Friday, August 4, 2017

Artifacts Of The National Story

This rather handsome sleigh is quite a sight here in Canada History Hall.


This portrait was done around 1869 by William Sawyer. William Logan is its subject. Logan was the founder of the Geological Survey Of Canada, created in 1842 to survey the land from sea to sea. The scientific agency is still around today, carrying on the field work that Logan started. Logan's name has long been given to the highest mountain in Canada, found in the Yukon. Around the portrait are several items he owned.


This is a British coat of arms, which stood originally at the Vieux Palais de Justice in Montreal. It dates to the mid 1800s.


This is a bust of Lord Elgin, a governor general during part of the tumultuous years between the 1837 rebellions and the Confederation movement. I've photographed this one before- it was part of a temporary exhibit a year or two ago on that period. 


Three men are grouped together in portraits here, and referred to collectively as the Great Coalition. John A. Macdonald, George Brown, and George-Etienne Cartier were among the brightest lights of the Fathers of Confederation, working to bring together the British North American colonies into one dominion.


Another of their number is close by. This 1868 painting, Thomas D'Arcy McGee, shows the Father of Confederation, orator, and eloquent writer who was assassinated by an Irish nationalist that year. The gun recovered in the case is beneath the portrait.


Shifting back into the First Nations side of things is this item, an elk skin from the 1800s. This was done as a "winter count" by a member of the Blackfoot tribe, an annual record of memorable events told in a circle spinning outward over time. I have seen something similar in a documentary on the American West- it might well be a Blackfoot custom, as that nation is on both sides of the border, or this might have been common in those peoples of the western plains.

25 comments:

  1. A good museum tells stories and this one certainly does that. I don't think I've seen a "winter count" hide before. It looks fascinating.

    ReplyDelete
  2. I love that sleigh! And I wonder when the British changed the unicorn for a lion on their coat of arms? Personally I prefer the unicorn.

    ReplyDelete
  3. Hello, great museum and exhibit. I like the sleigh and the elk skin is interesting! Happy Friday, enjoy your weekend!

    ReplyDelete
  4. ...how nice that they have been preserved.

    ReplyDelete
  5. neat skins ... very cool. happy happy friday to ya! ( :

    ReplyDelete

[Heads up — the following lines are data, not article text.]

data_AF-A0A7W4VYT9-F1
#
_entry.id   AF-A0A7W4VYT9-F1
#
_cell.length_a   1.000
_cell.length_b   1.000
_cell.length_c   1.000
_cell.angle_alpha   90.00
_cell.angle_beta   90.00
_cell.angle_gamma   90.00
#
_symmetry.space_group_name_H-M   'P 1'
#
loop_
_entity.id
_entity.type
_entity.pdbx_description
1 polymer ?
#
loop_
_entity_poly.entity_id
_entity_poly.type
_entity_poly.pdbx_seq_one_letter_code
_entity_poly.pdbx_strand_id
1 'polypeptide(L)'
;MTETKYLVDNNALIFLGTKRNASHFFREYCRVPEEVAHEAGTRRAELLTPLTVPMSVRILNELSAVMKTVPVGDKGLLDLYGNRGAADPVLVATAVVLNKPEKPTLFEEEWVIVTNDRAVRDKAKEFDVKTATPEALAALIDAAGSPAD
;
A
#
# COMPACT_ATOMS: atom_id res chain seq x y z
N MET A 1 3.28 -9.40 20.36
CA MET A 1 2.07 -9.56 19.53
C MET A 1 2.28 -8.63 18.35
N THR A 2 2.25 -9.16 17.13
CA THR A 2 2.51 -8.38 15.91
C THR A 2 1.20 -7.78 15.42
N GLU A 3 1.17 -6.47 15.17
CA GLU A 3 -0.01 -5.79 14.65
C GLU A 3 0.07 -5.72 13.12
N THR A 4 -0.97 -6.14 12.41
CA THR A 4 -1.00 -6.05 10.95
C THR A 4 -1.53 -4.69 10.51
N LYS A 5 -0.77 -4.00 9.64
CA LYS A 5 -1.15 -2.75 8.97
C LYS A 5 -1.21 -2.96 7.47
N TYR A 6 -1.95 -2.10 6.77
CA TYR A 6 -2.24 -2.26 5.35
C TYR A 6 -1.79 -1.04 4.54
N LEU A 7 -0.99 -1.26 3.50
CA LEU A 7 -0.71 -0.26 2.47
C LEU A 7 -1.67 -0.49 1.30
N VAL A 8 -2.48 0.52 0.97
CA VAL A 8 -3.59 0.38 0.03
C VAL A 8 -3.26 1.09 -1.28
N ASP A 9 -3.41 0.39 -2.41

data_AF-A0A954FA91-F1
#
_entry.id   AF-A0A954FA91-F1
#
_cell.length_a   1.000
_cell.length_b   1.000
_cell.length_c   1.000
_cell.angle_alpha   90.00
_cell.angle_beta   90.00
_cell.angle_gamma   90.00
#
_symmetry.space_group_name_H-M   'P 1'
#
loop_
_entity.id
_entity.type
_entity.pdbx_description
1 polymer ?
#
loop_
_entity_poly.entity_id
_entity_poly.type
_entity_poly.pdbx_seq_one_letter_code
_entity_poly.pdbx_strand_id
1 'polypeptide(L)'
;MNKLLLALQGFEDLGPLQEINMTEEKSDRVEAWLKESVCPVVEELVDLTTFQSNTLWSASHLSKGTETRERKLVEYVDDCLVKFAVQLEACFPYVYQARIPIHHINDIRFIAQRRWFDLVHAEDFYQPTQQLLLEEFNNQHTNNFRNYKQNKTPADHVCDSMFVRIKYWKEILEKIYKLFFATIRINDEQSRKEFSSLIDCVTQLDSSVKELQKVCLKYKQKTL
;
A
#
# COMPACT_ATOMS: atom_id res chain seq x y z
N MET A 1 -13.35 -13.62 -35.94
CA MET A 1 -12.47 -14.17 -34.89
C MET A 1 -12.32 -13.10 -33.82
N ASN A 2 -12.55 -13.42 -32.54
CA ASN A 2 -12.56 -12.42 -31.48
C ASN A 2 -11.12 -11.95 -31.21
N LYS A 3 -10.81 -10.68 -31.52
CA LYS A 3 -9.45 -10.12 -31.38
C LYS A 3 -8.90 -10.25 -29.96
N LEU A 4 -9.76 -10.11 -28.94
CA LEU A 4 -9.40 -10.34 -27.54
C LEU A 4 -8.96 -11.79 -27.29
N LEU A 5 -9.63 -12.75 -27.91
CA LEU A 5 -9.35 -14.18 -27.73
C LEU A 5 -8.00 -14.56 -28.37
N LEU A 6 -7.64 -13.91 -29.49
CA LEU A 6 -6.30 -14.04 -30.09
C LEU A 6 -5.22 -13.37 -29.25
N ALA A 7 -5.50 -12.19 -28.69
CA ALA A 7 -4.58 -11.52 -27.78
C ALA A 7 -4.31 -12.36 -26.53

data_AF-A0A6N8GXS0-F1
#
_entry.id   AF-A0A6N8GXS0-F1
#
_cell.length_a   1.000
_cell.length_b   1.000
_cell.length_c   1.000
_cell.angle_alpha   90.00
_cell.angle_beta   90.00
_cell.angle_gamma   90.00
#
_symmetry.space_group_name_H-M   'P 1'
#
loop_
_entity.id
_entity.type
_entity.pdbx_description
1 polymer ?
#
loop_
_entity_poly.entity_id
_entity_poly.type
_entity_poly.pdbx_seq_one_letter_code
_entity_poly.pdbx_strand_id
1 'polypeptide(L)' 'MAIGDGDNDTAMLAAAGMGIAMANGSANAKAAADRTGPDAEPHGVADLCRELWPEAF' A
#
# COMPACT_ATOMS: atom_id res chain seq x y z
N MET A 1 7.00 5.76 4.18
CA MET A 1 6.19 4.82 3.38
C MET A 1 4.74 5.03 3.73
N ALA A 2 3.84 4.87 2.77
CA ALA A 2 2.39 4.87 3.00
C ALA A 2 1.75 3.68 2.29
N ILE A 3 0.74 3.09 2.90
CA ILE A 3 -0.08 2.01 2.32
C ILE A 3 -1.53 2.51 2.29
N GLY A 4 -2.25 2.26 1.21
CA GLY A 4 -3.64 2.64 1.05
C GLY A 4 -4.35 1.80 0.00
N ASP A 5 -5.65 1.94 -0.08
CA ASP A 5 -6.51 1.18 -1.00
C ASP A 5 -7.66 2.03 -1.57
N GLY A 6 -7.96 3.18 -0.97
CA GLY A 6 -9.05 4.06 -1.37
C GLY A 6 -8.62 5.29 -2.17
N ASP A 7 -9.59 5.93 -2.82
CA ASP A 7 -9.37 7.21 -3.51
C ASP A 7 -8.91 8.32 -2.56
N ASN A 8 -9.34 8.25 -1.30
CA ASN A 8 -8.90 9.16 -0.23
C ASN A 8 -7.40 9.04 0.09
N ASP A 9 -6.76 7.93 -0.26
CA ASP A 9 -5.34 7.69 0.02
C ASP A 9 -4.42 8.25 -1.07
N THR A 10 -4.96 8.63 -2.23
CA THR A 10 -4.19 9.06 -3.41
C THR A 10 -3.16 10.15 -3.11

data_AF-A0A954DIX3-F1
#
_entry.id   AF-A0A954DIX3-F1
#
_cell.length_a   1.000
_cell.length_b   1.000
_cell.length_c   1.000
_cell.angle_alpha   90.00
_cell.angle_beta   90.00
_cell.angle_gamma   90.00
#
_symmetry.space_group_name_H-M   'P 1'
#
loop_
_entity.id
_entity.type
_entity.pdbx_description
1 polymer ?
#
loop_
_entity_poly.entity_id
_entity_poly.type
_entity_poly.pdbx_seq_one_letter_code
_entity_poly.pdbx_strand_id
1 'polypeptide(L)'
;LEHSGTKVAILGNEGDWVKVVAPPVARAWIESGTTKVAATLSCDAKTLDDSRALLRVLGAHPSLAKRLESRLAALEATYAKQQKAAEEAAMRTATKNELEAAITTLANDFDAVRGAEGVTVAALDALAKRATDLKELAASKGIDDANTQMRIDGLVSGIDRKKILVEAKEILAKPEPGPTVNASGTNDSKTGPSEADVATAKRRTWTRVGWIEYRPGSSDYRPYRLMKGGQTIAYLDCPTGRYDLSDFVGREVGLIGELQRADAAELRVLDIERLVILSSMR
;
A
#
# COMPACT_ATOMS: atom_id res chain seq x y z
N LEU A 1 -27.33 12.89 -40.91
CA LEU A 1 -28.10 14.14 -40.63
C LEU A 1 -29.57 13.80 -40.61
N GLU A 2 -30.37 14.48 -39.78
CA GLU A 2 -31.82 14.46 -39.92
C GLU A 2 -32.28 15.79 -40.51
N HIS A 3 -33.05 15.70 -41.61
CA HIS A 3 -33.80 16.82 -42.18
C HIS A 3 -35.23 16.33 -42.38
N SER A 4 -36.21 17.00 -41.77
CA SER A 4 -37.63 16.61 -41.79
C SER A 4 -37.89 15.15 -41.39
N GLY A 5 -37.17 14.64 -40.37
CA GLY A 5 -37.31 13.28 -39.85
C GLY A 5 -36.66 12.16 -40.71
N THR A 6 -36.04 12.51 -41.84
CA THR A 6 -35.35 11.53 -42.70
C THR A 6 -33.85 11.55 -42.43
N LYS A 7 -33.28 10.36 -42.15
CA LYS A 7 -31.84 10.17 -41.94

6. @Kay: Ken Burns produced a documentary that featured it.

    @Debs: the unicorn and lion are often together in the Canadian context.

    @Halcyon: a lot of it!

    @Eileen: thank you.

    @Tom: I agree.

    @Beth: thanks!

    ReplyDelete
  7. Very interesting exhibits! It is really strange that the rains have avoided our area all summer. Not good. Thanks for visiting and I hope you have a great August!

    ReplyDelete
  8. The sleigh is a work of art itself William, William Logan was a splendid looking gentleman ☺

    ReplyDelete
  9. I was familiar with Mt Logan but not the man. He started this before the Palliser investigation which makes it all the more significant..

    ReplyDelete
  10. That sleigh is beautiful. So many stories to tell here.

    ReplyDelete
  11. What an interesting array of artifacts you show us here, William. But the best item (and one I have never heard of) is the elk skin which is a "winter count" Amazing stuff! Thanks for sharing. Have a great day. Jo

    ReplyDelete
  12. Wonderful photos
    The sleigh is stunning. It almost looks like it can fly. The elk skin is beautiful.

    ReplyDelete
  13. @Pamela: thank you!

    @Linda: me too.

    @Grace: very distinguished fellow.

    @Red: he has quite a legacy to his name.

    @Sharon: it's a wealth of stories, this museum.

    @Jo: I was surprised to see it. I've only seen the idea of it in a documentary. And that might have been a buffalo robe instead of an elk skin, but the premise is the same.

    @Maywyn: thank you!

    @Carolann: it is indeed.

    ReplyDelete
  14. I love the whole concept of the winter count!

    ReplyDelete
  15. Lots of interesting history, very nice, William.

    ReplyDelete
  16. Canada's history is well-documented.

    ReplyDelete
  17. Love museums. Yes. the American Indians did the same. Some would use a buffalo hide though.

    ReplyDelete
  18. Oh my that sleigh is wonderful.
    Happy Weekend Wishes

    All the best Jan

    ReplyDelete
  19. What a gorgeous sleigh. I can only imagine what a fantastic ride that would have been back in the day. Thank you, another great post!

    ReplyDelete
  20. It is difficult to understand the racism of the past.

    ReplyDelete